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FeatureLiving Well

(What if) We got to the heart of the matter (?)

Until we understand and actively commit to improving gender inequality then we will continue to see the unacceptable rates of gendered violence in Gippsland.

Jan 12, 2023

Words: Gippslandia

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Home is where the heart is.

And for those of us hailing from Gippsland, home is a slice of verdant hills abutting coastlines, rich farmland and close-knit communities.

At times, it’s a landscape ravaged by natural disasters, social disparity and changing industries placing economic pressure on families and individuals alike. And, disturbingly for many women in the region, home is far too often where violence and abuse also reside. It’s a dark underbelly of disparity and health-based inequality that belies the natural beauty of this area and the wholesome people who live here.

“Gendered violence impacts not only the individual and their family but has a devastating impact on our communities...”

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For Phillip Island’s Lija Matthews, figures and data illustrating the reality of women’s health in the region bear a very human face: that of her best friend, Sam Fraser, who was murdered by her ex-husband in 2018 after years of abuse and terror.

“Not only did I live through her horror while she was going through her separation… it’s the guilt that comes with it; and victims and survivors shouldn’t feel that guilt, it should all be on the perpetrator,” Lija said. “It’s not just Sam that was murdered. It’s like a little bit of all of us was taken that day. It’s just heartbreaking, and I wouldn’t wish it on anyone.”

Gippsland has historical roots in industries such as agriculture, fisheries, power stations, forestry and timber mills. Arguably, this environment has heightened the ramifications of a highly gendered workforce: an environment where gender inequality has become normalised. It is within this context that the rate of family and gendered violence has been allowed to initially grow and then fester.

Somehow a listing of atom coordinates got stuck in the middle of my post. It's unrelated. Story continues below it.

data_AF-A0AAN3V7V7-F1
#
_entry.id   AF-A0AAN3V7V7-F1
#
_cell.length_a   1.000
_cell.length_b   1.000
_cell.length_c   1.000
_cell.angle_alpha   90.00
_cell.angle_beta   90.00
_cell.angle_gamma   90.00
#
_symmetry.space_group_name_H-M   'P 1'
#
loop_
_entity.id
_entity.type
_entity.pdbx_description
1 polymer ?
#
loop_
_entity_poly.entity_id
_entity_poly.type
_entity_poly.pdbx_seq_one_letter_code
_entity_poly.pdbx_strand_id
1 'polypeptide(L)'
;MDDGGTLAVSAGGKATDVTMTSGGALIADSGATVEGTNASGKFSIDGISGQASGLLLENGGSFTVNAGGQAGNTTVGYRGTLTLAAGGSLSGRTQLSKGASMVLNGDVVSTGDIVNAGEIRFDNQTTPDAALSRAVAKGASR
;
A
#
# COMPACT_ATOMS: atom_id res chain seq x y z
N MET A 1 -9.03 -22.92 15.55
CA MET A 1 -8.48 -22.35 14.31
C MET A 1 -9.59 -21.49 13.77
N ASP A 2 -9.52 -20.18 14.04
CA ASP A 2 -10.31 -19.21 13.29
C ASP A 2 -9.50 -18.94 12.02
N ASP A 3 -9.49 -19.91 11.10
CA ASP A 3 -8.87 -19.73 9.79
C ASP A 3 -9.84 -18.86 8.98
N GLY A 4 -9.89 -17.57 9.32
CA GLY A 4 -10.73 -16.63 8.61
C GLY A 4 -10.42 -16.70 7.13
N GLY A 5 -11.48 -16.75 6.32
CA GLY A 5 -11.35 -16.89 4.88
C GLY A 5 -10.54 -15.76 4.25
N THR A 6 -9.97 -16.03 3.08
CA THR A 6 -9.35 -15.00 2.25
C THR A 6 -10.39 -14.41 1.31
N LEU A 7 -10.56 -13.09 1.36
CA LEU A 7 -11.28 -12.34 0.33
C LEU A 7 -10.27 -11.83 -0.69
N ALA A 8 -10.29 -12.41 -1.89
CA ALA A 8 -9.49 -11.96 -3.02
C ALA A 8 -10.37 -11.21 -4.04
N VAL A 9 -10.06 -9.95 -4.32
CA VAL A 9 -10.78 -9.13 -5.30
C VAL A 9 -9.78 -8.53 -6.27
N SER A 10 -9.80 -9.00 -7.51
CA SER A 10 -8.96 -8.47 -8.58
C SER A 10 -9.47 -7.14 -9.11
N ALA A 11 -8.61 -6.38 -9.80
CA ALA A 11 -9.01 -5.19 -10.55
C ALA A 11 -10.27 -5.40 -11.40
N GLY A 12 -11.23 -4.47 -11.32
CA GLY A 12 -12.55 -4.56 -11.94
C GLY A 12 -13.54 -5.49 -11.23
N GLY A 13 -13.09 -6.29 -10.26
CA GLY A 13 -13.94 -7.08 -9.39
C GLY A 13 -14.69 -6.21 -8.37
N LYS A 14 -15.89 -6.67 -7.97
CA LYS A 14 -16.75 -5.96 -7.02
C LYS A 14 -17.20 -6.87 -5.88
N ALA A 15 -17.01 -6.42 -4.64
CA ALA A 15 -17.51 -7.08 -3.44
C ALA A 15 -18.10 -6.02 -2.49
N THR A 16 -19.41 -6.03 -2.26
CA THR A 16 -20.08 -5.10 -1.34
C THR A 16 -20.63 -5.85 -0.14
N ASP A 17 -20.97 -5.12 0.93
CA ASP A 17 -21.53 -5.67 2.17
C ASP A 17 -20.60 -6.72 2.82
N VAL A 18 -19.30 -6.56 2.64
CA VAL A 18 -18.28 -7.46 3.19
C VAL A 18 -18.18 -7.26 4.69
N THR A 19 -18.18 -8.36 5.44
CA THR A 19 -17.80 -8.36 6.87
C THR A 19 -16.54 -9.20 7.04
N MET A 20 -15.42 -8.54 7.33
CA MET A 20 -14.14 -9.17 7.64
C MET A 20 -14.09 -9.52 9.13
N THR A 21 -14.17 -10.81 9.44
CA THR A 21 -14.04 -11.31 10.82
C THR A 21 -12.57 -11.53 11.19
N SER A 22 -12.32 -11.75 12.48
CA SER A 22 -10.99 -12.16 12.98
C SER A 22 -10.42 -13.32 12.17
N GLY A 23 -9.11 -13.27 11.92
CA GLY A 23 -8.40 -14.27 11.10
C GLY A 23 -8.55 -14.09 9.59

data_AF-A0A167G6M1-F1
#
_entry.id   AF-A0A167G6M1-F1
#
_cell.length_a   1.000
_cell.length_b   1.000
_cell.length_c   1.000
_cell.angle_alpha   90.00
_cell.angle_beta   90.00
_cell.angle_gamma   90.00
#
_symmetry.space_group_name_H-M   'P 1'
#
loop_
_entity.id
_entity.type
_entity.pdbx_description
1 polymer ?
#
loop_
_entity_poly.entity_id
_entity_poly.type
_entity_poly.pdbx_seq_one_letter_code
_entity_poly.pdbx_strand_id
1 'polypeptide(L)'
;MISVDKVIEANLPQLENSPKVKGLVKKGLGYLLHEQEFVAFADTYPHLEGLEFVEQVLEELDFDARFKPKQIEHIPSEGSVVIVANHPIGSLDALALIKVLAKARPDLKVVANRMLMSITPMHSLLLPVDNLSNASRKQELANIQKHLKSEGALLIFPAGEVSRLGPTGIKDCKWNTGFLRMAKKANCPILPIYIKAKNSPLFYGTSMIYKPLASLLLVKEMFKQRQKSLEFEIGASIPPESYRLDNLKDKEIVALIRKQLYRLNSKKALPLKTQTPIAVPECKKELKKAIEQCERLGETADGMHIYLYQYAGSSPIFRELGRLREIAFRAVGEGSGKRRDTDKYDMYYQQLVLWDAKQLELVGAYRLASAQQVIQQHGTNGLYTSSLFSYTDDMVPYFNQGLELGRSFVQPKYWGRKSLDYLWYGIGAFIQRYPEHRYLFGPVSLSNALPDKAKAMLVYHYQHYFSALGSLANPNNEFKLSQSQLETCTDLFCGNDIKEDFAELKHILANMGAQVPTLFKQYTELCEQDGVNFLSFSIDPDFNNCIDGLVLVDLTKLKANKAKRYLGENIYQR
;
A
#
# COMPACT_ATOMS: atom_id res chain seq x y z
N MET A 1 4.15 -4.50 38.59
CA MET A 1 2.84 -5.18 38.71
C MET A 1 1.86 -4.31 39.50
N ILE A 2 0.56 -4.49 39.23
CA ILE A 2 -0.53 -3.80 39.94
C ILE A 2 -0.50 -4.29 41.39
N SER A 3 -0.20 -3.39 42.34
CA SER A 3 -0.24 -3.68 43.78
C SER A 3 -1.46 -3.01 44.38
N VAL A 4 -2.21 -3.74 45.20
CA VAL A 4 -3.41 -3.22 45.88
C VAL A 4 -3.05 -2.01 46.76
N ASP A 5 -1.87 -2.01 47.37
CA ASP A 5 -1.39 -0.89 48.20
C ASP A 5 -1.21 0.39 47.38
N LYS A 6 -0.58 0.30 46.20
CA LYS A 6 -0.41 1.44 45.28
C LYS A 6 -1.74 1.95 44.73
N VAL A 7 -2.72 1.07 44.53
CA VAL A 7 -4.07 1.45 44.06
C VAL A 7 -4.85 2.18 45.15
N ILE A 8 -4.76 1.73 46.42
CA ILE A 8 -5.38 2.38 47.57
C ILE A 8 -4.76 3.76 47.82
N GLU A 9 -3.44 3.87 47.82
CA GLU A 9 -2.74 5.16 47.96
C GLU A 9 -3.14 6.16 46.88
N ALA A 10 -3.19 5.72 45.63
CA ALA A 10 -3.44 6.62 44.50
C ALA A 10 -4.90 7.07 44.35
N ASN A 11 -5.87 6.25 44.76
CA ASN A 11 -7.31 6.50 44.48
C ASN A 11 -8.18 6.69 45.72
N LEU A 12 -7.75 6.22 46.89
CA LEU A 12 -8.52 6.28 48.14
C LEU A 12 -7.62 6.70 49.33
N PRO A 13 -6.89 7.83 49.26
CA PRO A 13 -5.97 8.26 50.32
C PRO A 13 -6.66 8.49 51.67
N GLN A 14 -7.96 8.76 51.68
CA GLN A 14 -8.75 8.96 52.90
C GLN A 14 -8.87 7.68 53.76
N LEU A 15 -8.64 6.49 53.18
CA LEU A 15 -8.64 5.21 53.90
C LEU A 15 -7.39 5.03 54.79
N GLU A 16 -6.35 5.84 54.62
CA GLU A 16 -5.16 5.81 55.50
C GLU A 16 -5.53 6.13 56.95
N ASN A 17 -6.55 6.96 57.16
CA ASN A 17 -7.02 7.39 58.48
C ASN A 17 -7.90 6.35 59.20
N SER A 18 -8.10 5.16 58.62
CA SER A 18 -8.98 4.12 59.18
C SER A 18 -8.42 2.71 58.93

This is evident in the stark figures laid out in a recent Gippsland Women’s Health report, which shows that Gippsland has some of the state’s highest rates of family and gendered violence.

Centring on the six local government areas of Gippsland, the report noted the most significant issues affecting women were mental health, wellbeing and gendered violence. These issues and their subsequent health outcomes are compounded by a lack of access to critical healthcare services, doctors, specialists and women’s health experts across the region. Affordability, travel times, transportation difficulties and isolation add further strain to the challenges faced by the community in accessing essential services.

Of the 79 Victorian LGAs, Latrobe was placed first in terms of Victoria Police crime reporting rates in 2022. This means the region had the greatest number of ambulance call-outs for family violence incidents.

GWH Chief Executive Officer Kate Graham said men’s violence against women and women’s safety continues to be “one of the most significant challenges” in the region, along with a critical shortage of affordable safe housing for women and children, timely access to sexual and reproductive health services, and “little to no support and access to mental health and wellbeing services” for Gippsland women.

“Health literacy rates across Australia continue to be low and this is also reflected across Gippsland, which adds to the poor health outcomes women experience,” Kate said. “Until we understand and actively commit to improving gender inequality then we will continue to see the unacceptable and deplorable rates of gendered violence, low levels of women in leadership, disproportionately high rates of unpaid caring responsibility and poor health outcomes for women.”